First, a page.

The Governmental Funds: Capital Projects Funds (#3 of 5) • Purpose: To account for financial resources used for the acquisition or construction of major capital facilities • Except for those financed by: • Proprietary Funds, and • Trust Funds
The Governmental Funds: Capital Projects Funds (#3 of 5) • A temporaryfund related to the acquisition or construction of a specific capital project. • At the completion of the project: • The fund is closed and • The project ’s cost is recorded as a capital asset in the GCA-GLTL general ledger. • Outflows: Costs incurred during construction are charged to expenditures. • Inflows: Bond sales and transfers from the General Fund.
GCA-GLTL General Ledger GCA = General Capital Assets GLTL = General Long Term Liabilities • Since governmental funds only report current resources and obligations, the long-term assets and liabilities are recorded in another location. GCA-GLTL General Ledger
The Governmental Funds: Capital Projects Funds (#3 of 5) • Things to remember: • Fixed assets or depreciation are not recorded in capital projects funds • Long-term debt is not recorded in capital projects funds • Capital projects funds typically do not have operating budgets • A capital budget is prepared as a basis for selling bonds to finance a project, and the capital budget is the control mechanism for the length of the project • The capital budget for the project may, or may not, be formally recorded in the accounts • The fund records capital outlays as expenditures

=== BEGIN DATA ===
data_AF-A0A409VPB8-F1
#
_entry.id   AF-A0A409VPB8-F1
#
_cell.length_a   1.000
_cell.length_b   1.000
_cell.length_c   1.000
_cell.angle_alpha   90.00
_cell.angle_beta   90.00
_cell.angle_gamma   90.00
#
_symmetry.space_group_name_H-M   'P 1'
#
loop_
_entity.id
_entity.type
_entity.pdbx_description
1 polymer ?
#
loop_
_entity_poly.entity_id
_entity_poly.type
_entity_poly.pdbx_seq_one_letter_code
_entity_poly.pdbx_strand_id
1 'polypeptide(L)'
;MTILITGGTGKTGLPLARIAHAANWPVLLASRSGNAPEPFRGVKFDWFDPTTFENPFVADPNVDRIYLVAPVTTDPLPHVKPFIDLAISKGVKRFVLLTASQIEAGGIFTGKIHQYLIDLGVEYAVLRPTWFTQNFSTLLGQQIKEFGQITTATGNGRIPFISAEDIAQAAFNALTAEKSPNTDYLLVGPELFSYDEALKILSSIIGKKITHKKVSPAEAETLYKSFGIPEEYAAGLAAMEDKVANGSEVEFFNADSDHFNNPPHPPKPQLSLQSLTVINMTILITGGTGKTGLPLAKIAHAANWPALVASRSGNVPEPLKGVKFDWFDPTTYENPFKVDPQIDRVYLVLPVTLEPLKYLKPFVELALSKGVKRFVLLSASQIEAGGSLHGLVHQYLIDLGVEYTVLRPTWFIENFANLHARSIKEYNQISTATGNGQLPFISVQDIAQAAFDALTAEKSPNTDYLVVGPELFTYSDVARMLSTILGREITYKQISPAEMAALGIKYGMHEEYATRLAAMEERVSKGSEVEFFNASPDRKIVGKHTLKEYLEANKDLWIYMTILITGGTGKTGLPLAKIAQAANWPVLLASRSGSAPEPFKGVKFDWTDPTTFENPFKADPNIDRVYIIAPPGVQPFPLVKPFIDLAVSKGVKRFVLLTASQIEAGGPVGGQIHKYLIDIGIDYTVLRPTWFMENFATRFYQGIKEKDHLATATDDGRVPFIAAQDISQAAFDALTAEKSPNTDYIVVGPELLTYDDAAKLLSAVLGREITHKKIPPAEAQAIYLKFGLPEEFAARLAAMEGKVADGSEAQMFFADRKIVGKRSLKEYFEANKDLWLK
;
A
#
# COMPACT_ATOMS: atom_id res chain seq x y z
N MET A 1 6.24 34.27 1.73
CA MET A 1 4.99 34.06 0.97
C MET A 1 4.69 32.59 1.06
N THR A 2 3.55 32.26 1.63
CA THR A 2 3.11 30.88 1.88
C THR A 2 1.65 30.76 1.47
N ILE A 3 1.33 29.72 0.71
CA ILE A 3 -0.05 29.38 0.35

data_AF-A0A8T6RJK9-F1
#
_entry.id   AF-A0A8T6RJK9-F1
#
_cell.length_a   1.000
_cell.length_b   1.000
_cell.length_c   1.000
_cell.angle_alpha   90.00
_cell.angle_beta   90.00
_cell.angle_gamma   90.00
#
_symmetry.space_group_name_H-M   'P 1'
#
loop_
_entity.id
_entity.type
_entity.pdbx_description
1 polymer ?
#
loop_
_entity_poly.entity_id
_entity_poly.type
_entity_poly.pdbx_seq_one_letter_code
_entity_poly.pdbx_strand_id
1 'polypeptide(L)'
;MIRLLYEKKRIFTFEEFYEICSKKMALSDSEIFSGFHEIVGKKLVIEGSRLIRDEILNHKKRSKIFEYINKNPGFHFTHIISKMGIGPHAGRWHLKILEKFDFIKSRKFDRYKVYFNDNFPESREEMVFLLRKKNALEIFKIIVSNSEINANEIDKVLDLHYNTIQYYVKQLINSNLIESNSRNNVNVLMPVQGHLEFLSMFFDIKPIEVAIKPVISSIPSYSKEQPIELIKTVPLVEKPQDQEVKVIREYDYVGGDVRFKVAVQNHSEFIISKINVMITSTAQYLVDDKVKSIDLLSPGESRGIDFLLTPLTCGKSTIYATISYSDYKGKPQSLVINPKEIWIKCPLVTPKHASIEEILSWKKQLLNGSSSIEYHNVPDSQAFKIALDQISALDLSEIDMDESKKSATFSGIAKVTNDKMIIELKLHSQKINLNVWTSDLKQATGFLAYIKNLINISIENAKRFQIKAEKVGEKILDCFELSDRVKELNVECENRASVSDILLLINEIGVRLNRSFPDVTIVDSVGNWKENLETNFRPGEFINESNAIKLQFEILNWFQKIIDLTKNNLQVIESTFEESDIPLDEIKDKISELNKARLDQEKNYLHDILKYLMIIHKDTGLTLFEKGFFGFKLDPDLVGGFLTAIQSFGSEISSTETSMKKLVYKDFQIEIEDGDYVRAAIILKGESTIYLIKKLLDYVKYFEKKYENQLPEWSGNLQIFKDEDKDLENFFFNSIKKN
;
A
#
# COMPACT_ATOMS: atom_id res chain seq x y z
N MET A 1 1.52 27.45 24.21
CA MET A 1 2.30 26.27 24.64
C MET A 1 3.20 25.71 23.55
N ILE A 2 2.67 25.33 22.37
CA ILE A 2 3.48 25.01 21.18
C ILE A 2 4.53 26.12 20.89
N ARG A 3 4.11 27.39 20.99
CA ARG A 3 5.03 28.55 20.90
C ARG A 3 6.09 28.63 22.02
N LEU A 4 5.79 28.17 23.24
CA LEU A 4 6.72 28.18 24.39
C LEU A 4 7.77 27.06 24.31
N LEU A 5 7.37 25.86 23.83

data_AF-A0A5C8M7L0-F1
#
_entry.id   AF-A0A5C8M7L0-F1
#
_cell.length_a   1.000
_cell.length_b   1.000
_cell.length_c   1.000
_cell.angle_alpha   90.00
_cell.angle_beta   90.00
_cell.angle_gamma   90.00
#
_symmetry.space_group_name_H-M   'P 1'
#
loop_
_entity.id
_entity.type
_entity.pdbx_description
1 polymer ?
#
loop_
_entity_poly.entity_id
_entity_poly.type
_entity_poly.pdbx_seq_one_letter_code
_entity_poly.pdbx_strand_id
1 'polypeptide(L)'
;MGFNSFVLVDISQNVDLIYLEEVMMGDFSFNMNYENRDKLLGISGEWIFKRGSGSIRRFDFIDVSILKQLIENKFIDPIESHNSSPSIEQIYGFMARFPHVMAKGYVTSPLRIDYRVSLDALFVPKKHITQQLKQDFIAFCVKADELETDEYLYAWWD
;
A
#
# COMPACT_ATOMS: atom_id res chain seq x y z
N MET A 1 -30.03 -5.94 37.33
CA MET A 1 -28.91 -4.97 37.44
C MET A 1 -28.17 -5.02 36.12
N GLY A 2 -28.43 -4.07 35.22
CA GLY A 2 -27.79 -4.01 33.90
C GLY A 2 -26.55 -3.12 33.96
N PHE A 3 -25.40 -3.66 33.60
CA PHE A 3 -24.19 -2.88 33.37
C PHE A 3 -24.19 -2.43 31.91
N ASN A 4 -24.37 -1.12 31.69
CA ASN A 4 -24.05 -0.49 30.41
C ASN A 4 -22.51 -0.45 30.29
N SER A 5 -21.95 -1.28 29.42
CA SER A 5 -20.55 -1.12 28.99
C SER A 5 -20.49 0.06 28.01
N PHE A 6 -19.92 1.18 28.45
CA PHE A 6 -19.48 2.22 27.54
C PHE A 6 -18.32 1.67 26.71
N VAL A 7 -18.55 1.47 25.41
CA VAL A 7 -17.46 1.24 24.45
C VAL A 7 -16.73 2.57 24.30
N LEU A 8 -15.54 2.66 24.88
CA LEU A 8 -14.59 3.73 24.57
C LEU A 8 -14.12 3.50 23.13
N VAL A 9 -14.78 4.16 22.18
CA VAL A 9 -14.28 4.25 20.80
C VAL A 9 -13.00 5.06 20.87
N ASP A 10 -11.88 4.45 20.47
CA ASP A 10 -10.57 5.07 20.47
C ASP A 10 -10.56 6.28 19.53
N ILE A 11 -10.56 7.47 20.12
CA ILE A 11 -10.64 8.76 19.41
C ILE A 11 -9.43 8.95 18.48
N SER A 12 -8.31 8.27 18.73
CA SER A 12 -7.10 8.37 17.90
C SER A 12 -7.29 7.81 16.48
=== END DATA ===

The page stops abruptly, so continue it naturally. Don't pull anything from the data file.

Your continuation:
Practice Quiz Question #2 Which of the following statements is true about capital projects funds? Capital projects funds record depreciation. Capital projects funds are permanent because long-term assets remain in the fund until disposal. Capital projects funds are required by law to have operating budgets. When a capital project is completed, the fund is closed and the asset is transferred to the GCA-GLTL general ledger.
Learning Objective 18-3 Make calculations and record journal entries for debt service funds.
The Governmental Funds: Debt Service Funds (#4 of 5) • Purpose: To account for the servicing of debt initially recorded as a liability in the GCA-GLTL general ledger. • “Servicing of Debt” is the payment of • (1) interest and • (2) debt principal at maturity. • The accounting is the same as for the general fund. • Unusual Features: • Interest is not accrued until the due date. • Principal payments are not recorded as liabilities until the due date.